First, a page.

To be fair, Apple did this as well by not allowing Flash on iOS devices, and took a lot of criticism for it.  Eventually it became clear that it was the right move because it helped to push the Web forward and away from proprietary codecs.  This may turn out to have the same result on the part of Google.  For web developers and consumers, however, to make this move right now is a major frustration.  Before the industry ships support for a WebM, it needs to better better hardware support, tooling support, and be a clear market winner.  From my perspective, a web developer responsible for shipping video to paying customers, it means encoding and storing my videos twice: once in H.264 for the majority of browsers which support it and Adobe Flash for legacy browser support, and also in WebM for those that support that format.  For  users, it means compatibility problems.  Users want a browser that just works, and this move puts Chrome in the Firefox box by removing support for something that a majority of the web is built on.

My personal take when Mozilla decided on Theora/WebM exclusivity now applies to Google: political grandstanding a video codec is a terrible overstepping of authority.  For content producers, there’s a certain cost for the tools to encode the video; for browser makers, there’s a certain cost to license the codec to decode the video.  For users of the browser, viewing H.264 video has always been free.  They don’t see any cost.  It’s presumptuous for Mozilla or any other browser maker to try to stick their heads into the affairs of  the professional or consumer video industry that they’re not really involved in and dictate that they use tools that don’t exist for them.  By not supporting H.264 with its undeniable market presence, they’re denying web developers and users the choice of what is better for them.  Denying choice runs contrary to virtually all in the open source/open standards community.  For all the denouncement Apple gets for the way it chooses technologies to include (or more controversially, exclude) in its products, providing exclusive support for an open codec at the expense of the already de facto industry standard is just as bad, if not worse.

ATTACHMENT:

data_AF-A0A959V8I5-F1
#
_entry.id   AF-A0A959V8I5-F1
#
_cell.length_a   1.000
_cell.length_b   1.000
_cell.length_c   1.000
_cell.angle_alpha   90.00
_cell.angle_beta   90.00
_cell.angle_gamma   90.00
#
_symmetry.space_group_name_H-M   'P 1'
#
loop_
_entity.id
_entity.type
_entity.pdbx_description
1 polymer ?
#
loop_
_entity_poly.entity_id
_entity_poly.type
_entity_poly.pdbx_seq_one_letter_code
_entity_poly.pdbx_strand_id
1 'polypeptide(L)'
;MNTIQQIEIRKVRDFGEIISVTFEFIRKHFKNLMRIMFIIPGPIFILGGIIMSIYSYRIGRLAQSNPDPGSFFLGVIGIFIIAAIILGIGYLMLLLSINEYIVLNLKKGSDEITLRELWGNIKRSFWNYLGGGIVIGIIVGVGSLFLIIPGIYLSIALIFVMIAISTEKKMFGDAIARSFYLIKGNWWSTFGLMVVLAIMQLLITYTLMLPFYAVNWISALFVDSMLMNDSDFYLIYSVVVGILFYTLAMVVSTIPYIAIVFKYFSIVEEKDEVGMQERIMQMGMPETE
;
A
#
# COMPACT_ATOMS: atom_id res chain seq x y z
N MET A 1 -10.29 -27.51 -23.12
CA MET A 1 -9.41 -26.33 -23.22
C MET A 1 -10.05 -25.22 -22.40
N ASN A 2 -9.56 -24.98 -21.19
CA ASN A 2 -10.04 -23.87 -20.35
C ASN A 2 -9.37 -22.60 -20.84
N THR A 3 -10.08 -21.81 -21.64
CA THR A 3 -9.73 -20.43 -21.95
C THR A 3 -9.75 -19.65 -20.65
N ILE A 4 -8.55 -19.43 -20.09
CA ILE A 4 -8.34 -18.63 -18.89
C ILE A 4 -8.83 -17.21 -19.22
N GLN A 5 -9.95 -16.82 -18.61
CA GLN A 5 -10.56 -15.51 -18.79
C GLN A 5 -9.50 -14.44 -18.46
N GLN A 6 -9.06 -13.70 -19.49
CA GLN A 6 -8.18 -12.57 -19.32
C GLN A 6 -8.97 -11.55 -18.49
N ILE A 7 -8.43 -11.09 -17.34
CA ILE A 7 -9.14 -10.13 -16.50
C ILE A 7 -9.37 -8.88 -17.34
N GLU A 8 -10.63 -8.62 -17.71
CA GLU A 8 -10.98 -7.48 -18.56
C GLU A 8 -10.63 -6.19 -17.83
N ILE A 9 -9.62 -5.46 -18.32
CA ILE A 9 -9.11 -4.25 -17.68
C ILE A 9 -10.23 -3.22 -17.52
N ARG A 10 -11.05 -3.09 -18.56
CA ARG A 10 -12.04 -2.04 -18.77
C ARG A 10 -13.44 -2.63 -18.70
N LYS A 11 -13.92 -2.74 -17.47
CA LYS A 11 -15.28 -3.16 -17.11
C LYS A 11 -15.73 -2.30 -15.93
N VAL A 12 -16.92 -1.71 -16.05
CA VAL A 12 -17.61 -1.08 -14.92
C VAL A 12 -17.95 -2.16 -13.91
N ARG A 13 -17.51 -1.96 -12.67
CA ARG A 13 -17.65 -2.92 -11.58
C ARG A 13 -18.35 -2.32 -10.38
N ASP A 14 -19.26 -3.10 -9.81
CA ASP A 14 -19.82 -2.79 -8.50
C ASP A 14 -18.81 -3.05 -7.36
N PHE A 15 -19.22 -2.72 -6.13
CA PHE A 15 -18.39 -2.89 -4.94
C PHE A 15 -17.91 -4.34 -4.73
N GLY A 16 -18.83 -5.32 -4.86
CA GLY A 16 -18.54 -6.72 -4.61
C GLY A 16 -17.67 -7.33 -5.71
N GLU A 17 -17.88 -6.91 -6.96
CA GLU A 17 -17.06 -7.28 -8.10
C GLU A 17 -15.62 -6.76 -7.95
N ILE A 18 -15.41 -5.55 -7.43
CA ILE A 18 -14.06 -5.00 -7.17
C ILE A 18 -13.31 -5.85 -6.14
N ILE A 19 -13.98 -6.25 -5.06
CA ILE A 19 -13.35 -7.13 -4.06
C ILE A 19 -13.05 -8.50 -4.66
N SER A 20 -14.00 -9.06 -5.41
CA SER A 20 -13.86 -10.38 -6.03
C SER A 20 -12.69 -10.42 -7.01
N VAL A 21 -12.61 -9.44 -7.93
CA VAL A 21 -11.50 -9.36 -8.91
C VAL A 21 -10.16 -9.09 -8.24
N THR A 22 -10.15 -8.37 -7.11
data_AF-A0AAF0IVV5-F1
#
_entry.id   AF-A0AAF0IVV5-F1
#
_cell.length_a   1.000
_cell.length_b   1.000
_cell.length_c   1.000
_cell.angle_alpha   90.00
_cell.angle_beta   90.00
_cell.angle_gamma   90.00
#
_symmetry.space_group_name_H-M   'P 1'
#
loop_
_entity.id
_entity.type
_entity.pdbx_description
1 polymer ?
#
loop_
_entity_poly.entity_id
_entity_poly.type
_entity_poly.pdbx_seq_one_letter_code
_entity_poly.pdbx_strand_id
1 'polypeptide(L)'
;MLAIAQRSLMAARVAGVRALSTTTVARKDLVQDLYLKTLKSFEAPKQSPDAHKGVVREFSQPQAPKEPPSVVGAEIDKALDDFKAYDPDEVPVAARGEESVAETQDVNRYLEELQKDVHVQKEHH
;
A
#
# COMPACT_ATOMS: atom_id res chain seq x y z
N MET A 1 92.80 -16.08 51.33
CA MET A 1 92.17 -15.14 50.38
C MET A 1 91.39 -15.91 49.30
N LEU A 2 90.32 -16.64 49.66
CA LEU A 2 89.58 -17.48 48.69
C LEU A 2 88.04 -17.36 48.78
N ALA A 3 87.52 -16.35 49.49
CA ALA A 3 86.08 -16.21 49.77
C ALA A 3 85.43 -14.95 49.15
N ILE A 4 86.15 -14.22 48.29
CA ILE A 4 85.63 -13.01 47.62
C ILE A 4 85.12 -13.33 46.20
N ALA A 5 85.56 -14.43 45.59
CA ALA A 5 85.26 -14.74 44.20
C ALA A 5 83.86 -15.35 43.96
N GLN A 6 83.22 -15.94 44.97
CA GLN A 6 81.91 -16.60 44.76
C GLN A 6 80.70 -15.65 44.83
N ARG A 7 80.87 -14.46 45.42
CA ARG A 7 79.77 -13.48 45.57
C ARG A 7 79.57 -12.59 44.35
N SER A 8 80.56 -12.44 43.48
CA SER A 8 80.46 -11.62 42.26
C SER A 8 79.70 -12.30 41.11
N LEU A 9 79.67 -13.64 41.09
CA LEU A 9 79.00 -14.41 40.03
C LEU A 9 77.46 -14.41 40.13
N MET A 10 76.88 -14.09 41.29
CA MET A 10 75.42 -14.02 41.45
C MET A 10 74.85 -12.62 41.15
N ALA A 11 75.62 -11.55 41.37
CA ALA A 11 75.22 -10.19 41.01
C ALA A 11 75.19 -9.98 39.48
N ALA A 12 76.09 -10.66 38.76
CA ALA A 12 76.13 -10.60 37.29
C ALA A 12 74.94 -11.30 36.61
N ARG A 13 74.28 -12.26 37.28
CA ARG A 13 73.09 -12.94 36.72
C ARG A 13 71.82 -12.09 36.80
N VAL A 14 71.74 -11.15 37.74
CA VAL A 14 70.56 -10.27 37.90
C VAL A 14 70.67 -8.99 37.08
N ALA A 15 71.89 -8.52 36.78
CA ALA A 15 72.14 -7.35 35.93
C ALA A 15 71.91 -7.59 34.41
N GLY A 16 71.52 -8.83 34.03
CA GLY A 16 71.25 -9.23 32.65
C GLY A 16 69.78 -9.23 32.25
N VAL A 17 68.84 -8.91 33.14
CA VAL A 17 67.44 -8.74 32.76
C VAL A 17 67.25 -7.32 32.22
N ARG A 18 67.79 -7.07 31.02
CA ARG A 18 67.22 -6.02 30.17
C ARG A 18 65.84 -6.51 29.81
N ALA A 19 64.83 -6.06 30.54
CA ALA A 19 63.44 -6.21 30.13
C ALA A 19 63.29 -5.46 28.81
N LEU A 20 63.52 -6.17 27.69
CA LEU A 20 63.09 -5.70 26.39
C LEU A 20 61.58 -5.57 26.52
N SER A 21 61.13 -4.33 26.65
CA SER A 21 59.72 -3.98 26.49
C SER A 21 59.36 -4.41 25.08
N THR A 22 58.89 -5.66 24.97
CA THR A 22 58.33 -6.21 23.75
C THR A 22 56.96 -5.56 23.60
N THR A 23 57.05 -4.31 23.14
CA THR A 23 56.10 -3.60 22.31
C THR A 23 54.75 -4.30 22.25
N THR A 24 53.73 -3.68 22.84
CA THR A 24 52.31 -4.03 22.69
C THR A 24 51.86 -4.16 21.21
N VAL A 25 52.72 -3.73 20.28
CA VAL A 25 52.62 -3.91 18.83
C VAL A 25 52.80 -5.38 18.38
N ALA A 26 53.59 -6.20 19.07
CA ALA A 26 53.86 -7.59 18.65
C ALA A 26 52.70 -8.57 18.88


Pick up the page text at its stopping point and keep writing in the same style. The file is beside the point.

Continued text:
Of course, YouTube could always be a wildcard.  It will be interesting to see if Google can find a way to satisfy its contractual obligations to offer H.264 video to mobile Internet devices and set top boxes and somehow go WebM exclusive.  I can’t see that happening, but I do wonder how far they’re going to take their power play?